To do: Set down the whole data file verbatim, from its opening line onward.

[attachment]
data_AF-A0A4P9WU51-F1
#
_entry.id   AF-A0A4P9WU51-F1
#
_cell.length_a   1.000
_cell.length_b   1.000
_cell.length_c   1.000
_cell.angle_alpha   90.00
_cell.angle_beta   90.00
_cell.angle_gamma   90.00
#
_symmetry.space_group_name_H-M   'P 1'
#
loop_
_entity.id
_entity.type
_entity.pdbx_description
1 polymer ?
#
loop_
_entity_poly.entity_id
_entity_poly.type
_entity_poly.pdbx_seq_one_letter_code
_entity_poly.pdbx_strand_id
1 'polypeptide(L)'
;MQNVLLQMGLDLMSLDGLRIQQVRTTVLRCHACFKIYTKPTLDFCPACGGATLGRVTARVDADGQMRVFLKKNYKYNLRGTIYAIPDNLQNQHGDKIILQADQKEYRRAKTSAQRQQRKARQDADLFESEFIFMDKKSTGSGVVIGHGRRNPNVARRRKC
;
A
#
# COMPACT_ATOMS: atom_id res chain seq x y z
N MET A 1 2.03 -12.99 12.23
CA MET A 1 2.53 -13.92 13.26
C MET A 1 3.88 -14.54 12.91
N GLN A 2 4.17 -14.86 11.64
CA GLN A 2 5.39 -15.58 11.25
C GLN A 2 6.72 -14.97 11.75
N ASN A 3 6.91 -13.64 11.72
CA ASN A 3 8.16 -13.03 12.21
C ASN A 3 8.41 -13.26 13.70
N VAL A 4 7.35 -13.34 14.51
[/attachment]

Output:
data_AF-A0A4P9WU51-F1
#
_entry.id   AF-A0A4P9WU51-F1
#
_cell.length_a   1.000
_cell.length_b   1.000
_cell.length_c   1.000
_cell.angle_alpha   90.00
_cell.angle_beta   90.00
_cell.angle_gamma   90.00
#
_symmetry.space_group_name_H-M   'P 1'
#
loop_
_entity.id
_entity.type
_entity.pdbx_description
1 polymer ?
#
loop_
_entity_poly.entity_id
_entity_poly.type
_entity_poly.pdbx_seq_one_letter_code
_entity_poly.pdbx_strand_id
1 'polypeptide(L)'
;MQNVLLQMGLDLMSLDGLRIQQVRTTVLRCHACFKIYTKPTLDFCPACGGATLGRVTARVDADGQMRVFLKKNYKYNLRGTIYAIPDNLQNQHGDKIILQADQKEYRRAKTSAQRQQRKARQDADLFESEFIFMDKKSTGSGVVIGHGRRNPNVARRRKC
;
A
#
# COMPACT_ATOMS: atom_id res chain seq x y z
N MET A 1 2.03 -12.99 12.23
CA MET A 1 2.53 -13.92 13.26
C MET A 1 3.88 -14.54 12.91
N GLN A 2 4.17 -14.86 11.64
CA GLN A 2 5.39 -15.58 11.25
C GLN A 2 6.72 -14.97 11.75
N ASN A 3 6.91 -13.64 11.72
CA ASN A 3 8.16 -13.03 12.21
C ASN A 3 8.41 -13.26 13.70
N VAL A 4 7.35 -13.34 14.51